Islamic spiritual leader Ali Al-Timimi's pen is mightier than his sword, prosecutors contend. It's not so much his actions but his words that make him so dangerous, they say.
Less than a week after the Sept. 11, 2001, attacks, Timimi told a group of Northern Virginia Muslims that it should train for violent jihad abroad and wage war on the United States, prosecutors say. In 2003, he celebrated the crash of the space shuttle Columbia in a message that prosecutors say reflected his view that the United States itself should be destroyed.
The government says the statements of Timimi -- who goes on trial today in U.S. District Court in Alexandria -- constitute nothing short of treason. But some Muslims, who are rallying to Timimi's side through a Web site and other expressions of support, see a respected religious leader being prosecuted for his words.
"He is not accused of anything except talking. It's all about him saying something," said Shaker Elsayed, a member of the executive committee of Dar Al Hijrah mosque in Falls Church. "If this isn't a First Amendment issue, I don't know what is."
Although legal experts are as divided on the case as the two sides are, some said that the case reflects the power of words in the post-Sept. 11 climate -- and that it poses an important test of the free-speech rights Americans have come to expect since the First Amendment to the Constitution was ratified in 1791.
"This is a troubling case with very significant First Amendment concerns," said Jonathan Turley, a George Washington University law professor with experience in national security cases.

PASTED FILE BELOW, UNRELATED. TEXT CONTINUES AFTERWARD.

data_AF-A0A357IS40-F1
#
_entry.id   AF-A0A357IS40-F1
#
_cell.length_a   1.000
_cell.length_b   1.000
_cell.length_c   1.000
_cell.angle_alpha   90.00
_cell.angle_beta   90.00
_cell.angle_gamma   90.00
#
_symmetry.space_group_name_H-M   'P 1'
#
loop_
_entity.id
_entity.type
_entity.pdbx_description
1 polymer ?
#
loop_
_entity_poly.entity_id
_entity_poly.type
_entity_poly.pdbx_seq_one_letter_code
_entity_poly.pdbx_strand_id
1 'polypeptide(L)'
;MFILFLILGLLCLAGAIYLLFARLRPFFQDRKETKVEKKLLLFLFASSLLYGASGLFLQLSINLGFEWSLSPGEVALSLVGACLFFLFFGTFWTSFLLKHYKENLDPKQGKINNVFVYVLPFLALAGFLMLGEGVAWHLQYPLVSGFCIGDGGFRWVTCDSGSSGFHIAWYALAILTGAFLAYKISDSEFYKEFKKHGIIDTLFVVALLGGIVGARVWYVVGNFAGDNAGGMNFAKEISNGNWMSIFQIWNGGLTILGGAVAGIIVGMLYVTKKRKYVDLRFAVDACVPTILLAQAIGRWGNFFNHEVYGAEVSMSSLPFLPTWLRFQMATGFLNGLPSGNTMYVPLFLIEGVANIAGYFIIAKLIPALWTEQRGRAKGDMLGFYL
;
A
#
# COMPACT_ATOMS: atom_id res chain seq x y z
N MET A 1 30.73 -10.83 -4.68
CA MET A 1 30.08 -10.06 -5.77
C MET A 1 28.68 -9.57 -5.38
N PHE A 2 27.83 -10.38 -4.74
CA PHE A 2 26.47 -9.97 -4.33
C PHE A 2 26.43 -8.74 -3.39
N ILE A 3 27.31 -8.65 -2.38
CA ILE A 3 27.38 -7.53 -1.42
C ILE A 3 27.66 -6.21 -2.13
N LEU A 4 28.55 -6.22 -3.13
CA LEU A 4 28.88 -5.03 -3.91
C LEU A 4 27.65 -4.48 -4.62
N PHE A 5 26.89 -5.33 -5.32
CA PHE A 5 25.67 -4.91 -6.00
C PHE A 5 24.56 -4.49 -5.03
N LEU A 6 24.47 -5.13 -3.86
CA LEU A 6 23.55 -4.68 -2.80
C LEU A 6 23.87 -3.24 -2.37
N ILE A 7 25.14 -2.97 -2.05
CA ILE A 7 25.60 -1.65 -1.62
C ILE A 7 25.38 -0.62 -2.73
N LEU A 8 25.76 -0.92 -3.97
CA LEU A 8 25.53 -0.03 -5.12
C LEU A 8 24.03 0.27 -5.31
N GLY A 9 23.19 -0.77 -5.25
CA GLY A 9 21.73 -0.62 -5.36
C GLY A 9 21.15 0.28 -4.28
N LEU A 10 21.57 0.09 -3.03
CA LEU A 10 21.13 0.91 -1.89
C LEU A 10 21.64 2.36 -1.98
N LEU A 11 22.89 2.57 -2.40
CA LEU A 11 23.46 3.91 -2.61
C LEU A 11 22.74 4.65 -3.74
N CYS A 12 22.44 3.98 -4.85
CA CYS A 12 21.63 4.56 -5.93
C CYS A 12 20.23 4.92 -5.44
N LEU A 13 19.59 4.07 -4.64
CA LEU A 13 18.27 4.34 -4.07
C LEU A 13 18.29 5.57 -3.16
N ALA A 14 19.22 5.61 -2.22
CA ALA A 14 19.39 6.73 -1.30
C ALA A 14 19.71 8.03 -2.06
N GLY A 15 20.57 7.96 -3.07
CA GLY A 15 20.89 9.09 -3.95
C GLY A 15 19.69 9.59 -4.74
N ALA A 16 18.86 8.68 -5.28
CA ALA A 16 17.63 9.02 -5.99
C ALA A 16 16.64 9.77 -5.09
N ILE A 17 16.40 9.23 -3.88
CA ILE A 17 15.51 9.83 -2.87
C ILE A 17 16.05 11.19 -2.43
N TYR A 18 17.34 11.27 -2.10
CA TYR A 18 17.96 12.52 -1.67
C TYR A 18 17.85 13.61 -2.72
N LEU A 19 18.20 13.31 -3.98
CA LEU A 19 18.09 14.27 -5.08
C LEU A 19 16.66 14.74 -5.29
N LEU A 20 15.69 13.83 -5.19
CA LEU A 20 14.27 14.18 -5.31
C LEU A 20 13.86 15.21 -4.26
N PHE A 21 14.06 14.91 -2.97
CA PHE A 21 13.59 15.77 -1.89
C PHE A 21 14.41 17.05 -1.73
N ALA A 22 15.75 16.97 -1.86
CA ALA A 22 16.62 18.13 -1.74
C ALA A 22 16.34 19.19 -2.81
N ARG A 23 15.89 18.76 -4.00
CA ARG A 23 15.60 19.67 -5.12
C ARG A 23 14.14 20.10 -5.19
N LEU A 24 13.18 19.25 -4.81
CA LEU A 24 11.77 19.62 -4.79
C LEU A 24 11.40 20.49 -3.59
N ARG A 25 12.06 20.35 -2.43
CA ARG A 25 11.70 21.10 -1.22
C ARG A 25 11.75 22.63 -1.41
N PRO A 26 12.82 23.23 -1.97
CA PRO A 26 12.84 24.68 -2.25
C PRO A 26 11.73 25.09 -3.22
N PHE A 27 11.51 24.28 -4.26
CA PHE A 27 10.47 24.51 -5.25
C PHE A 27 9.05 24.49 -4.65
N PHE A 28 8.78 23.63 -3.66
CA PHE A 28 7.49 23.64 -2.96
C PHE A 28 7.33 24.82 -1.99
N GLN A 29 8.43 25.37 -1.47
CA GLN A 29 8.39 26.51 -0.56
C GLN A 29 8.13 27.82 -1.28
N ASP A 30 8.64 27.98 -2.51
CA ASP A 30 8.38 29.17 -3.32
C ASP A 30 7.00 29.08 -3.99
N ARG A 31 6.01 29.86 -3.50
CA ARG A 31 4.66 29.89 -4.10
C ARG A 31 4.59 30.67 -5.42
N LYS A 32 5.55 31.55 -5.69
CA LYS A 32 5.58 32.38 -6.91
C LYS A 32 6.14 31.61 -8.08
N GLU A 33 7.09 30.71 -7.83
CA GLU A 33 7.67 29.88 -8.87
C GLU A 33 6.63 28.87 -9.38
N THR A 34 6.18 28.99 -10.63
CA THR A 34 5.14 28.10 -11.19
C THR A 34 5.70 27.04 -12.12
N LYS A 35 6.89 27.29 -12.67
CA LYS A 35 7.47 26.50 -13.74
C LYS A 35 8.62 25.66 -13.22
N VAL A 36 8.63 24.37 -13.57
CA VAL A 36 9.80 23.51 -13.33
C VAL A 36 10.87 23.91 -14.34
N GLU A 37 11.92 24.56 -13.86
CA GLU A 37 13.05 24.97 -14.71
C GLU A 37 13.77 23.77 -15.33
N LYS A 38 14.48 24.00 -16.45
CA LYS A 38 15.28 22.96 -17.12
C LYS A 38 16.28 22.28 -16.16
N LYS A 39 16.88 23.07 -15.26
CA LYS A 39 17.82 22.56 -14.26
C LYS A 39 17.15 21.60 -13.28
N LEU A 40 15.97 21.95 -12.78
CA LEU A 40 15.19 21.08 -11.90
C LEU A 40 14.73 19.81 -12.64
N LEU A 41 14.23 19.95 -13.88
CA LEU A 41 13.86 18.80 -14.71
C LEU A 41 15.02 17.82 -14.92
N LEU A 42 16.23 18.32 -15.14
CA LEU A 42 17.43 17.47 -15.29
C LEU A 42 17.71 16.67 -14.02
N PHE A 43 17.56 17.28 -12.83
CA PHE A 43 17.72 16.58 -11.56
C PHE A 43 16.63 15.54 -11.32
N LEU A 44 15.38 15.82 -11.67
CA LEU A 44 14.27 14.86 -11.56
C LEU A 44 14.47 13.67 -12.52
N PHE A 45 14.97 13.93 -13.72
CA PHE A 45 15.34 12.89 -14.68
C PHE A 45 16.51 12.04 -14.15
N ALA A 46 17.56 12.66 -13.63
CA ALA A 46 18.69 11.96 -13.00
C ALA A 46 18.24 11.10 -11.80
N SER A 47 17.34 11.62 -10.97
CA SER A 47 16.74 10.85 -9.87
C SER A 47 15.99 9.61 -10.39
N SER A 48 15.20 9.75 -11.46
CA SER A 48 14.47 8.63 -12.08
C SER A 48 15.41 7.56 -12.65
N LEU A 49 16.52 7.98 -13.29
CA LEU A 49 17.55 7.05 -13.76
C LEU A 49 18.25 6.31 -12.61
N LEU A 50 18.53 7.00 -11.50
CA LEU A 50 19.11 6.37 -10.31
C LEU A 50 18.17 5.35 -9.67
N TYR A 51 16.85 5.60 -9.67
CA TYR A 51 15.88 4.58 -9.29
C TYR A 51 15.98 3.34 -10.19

If Timimi "encouraged people to go kill Americans, it comes very close to the criminal line, if not passing over it," Turley said. But historically, he said, "Courts have been uneasy with a criminal allegation based solely on words alone."
Victoria Toensing, a Washington lawyer who created the Justice Department's terrorism unit during the Reagan administration, said Timimi's words could send him to prison.
"If he said, 'I want you to go join the movement in Afghanistan and here is where you get the training,' that's no different from saying, 'Go join a murder club,' " Toensing said.
Whether Timimi will go to prison probably will depend on whether he expected his listeners to act on what he told them, legal experts said. Although free-speech rights have been interpreted differently in different eras, the current standard derives from the 1969 U.S. Supreme Court opinion Brandenburg v. Ohio, they said.
That opinion says the government cannot forbid "advocacy of the use of force" unless that advocacy is intended or likely to produce "imminent lawless action.''
"The key," said Rebecca Glenberg, legal director for the ACLU of Virginia, "is whether Timimi's speech was likely to cause others to act and whether he intended it to cause them to act.''
Timimi is charged with 10 counts, which include attempting to contribute services to the Taliban and soliciting or inducing others to commit a variety of crimes, such as conspiring to levy war on the United States, using firearms and carrying explosives. One charge involving war is drawn from a section of federal law headed "treason.''
If convicted on all counts, Timimi, 41, of Fairfax County, would face up to life in prison. Jury selection began last Monday, and opening statements are scheduled for today. The trial, before U.S. District Judge Leonie M. Brinkema, is expected to last as long as three weeks.